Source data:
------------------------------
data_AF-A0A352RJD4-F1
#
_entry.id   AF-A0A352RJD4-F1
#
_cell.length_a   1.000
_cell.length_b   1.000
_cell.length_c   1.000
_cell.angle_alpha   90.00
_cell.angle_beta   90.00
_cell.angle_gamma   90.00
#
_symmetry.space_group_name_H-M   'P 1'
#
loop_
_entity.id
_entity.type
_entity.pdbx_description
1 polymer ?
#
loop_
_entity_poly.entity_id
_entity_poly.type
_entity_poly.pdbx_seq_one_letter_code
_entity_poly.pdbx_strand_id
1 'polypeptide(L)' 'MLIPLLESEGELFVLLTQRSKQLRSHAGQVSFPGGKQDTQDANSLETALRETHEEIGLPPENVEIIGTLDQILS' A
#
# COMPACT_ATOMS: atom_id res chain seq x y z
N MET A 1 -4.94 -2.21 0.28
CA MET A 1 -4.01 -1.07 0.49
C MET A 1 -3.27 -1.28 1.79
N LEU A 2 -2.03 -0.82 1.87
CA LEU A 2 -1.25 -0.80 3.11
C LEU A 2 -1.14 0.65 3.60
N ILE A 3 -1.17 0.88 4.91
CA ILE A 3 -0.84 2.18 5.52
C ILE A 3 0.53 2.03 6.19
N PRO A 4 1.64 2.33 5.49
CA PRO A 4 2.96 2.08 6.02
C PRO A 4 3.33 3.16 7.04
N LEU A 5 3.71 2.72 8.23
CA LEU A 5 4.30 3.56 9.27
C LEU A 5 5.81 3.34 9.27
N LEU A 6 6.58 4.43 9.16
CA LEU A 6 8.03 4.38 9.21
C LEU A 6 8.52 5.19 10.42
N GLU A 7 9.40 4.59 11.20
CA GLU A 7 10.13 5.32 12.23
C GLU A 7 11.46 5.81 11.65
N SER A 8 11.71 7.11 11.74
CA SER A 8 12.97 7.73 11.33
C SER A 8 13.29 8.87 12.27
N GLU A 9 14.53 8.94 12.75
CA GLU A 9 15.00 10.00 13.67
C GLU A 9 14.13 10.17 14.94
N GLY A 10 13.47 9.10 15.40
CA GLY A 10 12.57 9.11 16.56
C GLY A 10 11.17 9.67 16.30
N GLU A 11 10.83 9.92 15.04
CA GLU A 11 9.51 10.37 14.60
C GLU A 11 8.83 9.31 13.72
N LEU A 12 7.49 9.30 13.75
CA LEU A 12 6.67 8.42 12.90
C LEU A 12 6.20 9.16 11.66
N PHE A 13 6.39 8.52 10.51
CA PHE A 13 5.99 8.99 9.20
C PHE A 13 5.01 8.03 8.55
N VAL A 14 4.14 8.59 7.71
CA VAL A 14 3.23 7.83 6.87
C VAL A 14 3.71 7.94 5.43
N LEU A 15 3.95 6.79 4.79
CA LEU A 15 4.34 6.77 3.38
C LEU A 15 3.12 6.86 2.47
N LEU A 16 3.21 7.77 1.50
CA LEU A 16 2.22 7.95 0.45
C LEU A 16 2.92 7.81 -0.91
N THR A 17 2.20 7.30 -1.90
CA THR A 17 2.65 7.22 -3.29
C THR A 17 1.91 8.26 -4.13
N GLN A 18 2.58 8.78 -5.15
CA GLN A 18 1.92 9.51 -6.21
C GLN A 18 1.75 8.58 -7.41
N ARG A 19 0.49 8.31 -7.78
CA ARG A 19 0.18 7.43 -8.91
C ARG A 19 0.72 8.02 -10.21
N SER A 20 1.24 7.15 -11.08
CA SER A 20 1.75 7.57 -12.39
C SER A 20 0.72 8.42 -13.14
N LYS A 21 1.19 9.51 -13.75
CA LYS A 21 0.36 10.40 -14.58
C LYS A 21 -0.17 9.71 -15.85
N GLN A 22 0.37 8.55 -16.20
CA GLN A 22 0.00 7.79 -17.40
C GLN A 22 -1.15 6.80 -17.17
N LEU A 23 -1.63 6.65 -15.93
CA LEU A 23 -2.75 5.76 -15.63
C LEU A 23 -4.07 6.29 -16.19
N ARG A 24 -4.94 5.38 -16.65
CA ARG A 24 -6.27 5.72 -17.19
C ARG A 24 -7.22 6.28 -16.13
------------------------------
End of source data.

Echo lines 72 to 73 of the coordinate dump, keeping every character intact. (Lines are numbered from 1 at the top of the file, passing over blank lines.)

C LEU A 15 3.12 6.86 2.47
N LEU A 16 3.21 7.77 1.50